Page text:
Two papers from GSAI accepted by CCF A-category Conference KDD

Date:2021-06-12 Visits:

Two papers from Gaoling School of Artificial Intelligence, Renmin University of China (GSAI) was accepted by ACM SIGKDD International Conference on Knowledge Discovery and Data Mining (KDD), according to the schedule released on May 16th. Recommended by the China Computer Federation (CCF) as an A-category international conference, KDD is one of the top international conferences in the field of data mining. In 2021, KDD received a total of 1541 valid submissions, of which 238 papers were accepted, putting the acceptance rate at 15.44%.

Since January 2021, GSAI has published (including those being accepted) 49 papers in CCF A-category international journals or conferences, 8 papers in CCF B-category journals and conferences. Among them, 52 papers have GSAI students or faculties listed as their first or corresponding authors.

Paper introduction

Paper Title: Approximate Graph Propagation

Authors: Hanzhi Wang, Mingguo He, Zhewei Wei,Sibo Wang,Ye Yuan, Xiaoyong Du, Jirong Wen

Corresponding author: Zhewei Wei

Paper Overview:

Efficient computation of node proximity queries such as transition probabilities, Personalized PageRank, and Katz are of fundamental importance in various graph mining and learning tasks. In particular, several recent works leverage fast node proximity computation to improve the scalability of Graph Neural Networks (GNN). However, prior studies on proximity computation and GNN feature propagation are on a case-by-case basis, with each paper focusing on a particular proximity measure.

In this paper, we propose Approximate Graph Propagation (AGP), a unified randomized algorithm that computes various proximity queries and GNN feature propagations, including transition probabilities, Personalized PageRank, heat kernel PageRank, Katz, SGC, GDC, and APPNP. Our algorithm provides a theoretical bounded error guarantee and runs in almost optimal time complexity. We conduct an extensive experimental study to demonstrate AGP’s effectiveness in two concrete applications: local clustering with heat kernel PageRank and node classification with GNNs. Most notably, we present an empirical study on a billion-edge graph Papers100M, the largest publicly available GNN dataset so far. The results show that AGP can significantly improve various existing GNN models’ scalability without sacrificing prediction accuracy.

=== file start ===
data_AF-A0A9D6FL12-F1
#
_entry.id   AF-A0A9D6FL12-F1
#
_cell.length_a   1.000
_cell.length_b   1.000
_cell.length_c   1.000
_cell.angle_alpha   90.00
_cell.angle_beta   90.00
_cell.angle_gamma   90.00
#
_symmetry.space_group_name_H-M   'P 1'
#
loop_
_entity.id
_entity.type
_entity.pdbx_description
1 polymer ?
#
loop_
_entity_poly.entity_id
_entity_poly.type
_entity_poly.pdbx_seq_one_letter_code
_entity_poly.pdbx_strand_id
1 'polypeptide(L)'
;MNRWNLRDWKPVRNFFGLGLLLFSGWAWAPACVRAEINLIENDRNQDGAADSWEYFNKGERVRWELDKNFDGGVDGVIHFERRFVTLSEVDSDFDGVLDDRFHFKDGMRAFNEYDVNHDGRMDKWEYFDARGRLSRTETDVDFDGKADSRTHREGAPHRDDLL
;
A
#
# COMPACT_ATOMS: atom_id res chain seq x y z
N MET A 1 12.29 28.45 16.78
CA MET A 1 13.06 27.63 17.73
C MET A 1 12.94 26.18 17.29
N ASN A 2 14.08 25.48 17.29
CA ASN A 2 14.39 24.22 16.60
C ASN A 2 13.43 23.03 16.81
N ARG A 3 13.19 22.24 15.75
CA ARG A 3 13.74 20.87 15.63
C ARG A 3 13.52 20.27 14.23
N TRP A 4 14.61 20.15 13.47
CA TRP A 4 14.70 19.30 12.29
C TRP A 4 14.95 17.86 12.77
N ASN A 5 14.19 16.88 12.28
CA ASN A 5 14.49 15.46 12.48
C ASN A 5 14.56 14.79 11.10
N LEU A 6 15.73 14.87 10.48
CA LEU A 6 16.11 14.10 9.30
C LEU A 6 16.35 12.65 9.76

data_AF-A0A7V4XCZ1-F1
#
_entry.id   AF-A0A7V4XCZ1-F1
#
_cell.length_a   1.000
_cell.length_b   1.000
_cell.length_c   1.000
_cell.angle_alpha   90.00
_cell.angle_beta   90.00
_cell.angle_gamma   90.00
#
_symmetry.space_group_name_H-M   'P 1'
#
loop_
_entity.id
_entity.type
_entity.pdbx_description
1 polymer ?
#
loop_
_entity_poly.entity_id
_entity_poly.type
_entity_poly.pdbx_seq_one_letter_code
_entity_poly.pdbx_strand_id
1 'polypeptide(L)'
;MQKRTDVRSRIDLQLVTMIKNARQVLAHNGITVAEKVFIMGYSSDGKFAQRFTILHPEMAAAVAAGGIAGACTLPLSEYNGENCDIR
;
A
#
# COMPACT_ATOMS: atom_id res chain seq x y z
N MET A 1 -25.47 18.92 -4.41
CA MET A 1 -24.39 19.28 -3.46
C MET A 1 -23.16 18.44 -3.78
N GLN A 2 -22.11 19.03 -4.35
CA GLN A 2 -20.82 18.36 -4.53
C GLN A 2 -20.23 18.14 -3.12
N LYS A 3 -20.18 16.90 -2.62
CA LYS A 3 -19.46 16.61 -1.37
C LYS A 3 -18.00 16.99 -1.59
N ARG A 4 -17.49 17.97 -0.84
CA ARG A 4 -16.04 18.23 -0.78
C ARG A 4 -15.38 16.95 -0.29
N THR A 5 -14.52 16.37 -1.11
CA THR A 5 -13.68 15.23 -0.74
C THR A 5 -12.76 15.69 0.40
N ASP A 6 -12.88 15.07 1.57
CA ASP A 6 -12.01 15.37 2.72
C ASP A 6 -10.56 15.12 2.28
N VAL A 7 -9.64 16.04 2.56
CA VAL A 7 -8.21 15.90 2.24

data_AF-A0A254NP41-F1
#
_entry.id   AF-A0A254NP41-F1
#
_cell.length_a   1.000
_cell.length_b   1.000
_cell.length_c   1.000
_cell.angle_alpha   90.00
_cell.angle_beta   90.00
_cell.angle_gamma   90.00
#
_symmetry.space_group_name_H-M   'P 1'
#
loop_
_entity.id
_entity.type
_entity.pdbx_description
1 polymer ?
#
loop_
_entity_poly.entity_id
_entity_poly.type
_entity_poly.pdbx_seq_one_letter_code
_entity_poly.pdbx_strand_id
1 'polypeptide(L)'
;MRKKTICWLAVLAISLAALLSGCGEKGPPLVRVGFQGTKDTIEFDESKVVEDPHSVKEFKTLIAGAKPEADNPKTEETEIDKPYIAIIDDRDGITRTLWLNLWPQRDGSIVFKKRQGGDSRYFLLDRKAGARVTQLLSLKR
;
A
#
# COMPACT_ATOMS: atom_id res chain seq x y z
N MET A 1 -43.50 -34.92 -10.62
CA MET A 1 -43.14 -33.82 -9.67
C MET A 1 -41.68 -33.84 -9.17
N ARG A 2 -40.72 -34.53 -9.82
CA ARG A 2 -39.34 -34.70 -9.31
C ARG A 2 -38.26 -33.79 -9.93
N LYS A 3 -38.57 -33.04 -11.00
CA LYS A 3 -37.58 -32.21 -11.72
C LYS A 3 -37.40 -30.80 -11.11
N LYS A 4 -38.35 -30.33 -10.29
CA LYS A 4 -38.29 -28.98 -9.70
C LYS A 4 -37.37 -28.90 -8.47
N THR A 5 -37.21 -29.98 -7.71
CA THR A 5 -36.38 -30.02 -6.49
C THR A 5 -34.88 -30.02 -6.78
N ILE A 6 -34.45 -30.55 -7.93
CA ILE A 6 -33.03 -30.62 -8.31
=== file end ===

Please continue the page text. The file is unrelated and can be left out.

Paper Title: Data Poisoning Attack against Recommender System Using Incomplete and Perturbed Data

Authors: Hengtong Zhang, Changxin Tian, Yaliang Li, Lu Su, Jing Gao, Nan Yang, Xin Zhao

Paper Overview: 

Recent studies reveal that recommender systems are vulnerable to data poisoning attack due to their openness nature. In data poisoning attack, the attacker typically recruits a group of controlled users to inject well-crafted user-item interaction data into the recommendation model’s training set to modify the model parameters as desired. Thus, existing attack approaches usually require full access to the training data to infer items’ characteristics and craft the fake interactions for controlled users. However, such attack approaches may not be feasible in practice due to the attacker’s limited data collection capability and the restricted access to the training data, which sometimes are even perturbed by the privacy preserving mechanism of the service providers. Such design-reality gap may cause failure of attacks. In this paper, we fill the gap by proposing two novel adversarial attack approaches to handle the incompleteness and perturbations in user-item interaction data. First, we propose a bi-level optimization framework that incorporates a probabilistic generative model to find the users and items whose interaction data are sufficient and have not been significantly perturbed, and leverage these users and items’ data to craft fake user-item interactions. Moreover, we reverse the learning process of recommendation models and develop a simple yet effective approach that can incorporate context-specific heuristic rules to handle data incompleteness and perturbations. Extensive experiments on two datasets against three representative recommendation models show that the proposed approaches can achieve better attack performance than existing approaches.